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In Chap. 5 we covered data structures that support insertion, deletion, membership testing, and iteration. For some applications testing membership may be enough. Iteration and deletion may not be necessary. The classic example is that of a spell checker. Consider the job of a spell checker. A simple one may detect errors in spelling while a more advanced spell checker may suggest alternatives of correctly spelled words.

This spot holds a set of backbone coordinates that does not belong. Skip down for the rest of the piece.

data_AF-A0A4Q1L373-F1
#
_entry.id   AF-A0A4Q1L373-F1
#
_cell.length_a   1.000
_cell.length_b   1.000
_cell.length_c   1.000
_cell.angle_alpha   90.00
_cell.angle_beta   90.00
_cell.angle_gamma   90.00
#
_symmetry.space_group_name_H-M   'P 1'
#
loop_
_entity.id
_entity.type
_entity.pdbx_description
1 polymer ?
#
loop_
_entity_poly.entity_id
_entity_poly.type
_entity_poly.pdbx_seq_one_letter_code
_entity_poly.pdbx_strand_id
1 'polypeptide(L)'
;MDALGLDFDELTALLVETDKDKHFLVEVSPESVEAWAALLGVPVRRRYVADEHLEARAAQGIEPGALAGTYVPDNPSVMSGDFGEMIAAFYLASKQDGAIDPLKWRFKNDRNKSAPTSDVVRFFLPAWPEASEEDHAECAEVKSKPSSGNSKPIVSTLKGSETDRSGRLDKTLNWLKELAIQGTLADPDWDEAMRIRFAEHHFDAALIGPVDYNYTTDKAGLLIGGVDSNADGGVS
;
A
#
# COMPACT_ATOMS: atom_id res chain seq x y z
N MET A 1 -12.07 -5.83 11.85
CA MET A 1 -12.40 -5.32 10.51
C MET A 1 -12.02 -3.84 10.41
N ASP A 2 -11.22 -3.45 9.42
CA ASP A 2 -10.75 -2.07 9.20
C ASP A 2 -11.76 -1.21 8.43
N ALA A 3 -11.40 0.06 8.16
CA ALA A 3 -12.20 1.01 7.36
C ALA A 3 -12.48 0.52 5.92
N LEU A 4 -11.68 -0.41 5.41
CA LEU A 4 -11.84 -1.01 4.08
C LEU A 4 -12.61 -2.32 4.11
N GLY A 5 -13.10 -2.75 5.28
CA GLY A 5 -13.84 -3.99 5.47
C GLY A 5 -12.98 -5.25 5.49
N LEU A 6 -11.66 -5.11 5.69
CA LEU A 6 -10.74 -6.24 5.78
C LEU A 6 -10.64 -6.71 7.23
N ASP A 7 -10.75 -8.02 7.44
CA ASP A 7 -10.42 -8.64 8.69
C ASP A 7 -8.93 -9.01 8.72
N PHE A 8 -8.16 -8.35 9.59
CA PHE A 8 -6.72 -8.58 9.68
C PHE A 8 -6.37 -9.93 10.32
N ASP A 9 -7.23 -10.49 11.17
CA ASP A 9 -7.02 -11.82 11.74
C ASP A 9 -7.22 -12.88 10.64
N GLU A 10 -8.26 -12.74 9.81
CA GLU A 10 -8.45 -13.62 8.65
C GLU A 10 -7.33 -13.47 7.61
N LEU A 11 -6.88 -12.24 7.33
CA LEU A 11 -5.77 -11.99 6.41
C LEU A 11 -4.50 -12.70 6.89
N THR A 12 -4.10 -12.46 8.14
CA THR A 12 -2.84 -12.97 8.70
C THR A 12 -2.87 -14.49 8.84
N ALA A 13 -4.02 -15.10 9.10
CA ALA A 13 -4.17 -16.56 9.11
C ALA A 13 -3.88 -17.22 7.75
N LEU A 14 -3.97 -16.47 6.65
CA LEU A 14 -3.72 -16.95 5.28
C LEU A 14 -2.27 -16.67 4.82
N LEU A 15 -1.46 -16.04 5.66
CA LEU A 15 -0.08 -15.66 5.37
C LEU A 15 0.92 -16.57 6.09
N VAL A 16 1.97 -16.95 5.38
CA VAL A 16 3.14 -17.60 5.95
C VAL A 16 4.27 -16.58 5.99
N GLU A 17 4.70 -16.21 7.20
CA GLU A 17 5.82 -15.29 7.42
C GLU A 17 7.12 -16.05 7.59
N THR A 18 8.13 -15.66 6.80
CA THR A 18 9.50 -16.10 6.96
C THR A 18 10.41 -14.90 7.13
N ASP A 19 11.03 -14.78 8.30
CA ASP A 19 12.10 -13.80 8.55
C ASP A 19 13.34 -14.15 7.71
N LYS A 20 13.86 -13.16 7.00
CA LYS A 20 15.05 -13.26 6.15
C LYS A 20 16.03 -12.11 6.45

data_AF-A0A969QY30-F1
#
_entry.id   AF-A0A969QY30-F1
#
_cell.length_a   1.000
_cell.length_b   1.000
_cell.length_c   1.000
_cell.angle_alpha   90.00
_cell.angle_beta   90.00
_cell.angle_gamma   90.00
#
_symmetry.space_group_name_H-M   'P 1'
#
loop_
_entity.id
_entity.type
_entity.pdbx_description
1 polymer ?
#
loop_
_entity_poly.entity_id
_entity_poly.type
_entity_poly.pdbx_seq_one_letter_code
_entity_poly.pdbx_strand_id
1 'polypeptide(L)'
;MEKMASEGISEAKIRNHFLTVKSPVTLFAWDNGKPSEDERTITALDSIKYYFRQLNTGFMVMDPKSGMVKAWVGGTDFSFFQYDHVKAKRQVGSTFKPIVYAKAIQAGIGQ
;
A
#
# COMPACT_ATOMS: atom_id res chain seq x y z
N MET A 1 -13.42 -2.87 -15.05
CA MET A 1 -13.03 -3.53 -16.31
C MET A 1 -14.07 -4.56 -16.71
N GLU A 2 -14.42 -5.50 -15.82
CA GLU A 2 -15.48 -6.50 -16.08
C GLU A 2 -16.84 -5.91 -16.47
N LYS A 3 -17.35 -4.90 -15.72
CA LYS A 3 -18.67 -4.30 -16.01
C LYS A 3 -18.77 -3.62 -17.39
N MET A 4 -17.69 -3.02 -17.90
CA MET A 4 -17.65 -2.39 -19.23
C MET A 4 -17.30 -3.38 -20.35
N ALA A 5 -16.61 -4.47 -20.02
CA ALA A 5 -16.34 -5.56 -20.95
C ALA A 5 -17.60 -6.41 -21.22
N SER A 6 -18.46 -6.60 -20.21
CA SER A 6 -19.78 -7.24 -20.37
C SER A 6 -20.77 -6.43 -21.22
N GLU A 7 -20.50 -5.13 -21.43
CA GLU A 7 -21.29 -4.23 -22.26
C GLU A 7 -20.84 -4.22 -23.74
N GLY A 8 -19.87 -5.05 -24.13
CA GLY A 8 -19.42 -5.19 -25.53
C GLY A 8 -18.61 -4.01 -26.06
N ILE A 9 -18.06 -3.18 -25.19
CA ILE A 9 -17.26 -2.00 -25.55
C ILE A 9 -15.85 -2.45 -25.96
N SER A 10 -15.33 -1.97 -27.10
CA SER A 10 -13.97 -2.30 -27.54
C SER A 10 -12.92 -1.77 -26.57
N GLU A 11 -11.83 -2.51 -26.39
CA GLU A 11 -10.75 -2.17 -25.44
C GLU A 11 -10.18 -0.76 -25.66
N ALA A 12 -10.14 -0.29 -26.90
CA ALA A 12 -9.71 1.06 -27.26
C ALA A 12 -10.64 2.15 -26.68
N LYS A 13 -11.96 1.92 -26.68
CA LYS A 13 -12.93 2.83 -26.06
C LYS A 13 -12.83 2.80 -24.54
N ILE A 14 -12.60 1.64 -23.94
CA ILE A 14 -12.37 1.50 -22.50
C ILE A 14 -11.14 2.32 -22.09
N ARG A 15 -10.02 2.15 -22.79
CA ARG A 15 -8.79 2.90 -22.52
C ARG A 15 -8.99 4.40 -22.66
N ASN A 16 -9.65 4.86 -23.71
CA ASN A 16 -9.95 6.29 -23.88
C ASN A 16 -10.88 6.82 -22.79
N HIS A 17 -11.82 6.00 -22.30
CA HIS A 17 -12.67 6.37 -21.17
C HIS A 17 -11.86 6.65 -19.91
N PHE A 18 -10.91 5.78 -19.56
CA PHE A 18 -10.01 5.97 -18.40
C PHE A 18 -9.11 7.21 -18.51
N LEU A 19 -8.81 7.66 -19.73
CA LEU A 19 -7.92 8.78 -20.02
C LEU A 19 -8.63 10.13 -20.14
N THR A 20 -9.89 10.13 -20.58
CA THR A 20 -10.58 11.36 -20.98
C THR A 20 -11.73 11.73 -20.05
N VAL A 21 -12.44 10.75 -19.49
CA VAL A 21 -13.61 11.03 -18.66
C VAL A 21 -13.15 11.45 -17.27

Clearly a spell checker is provided with a large dictionary of words. Using the list of words the spell checker determines whether a word you have is in the dictionary and therefore a correct word. If the word does not appear in the dictionary the word processor or editor may underline the word indicating it may be incorrectly spelled. In some cases the word processor may suggest an alternative, correctly spelled word. In some cases, the word processor may simply correct the misspelling. How do these spell checkers/correctors work? What kind of data structures do they use?
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- Membership Structures
Kent D. Lee
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- Chapter 8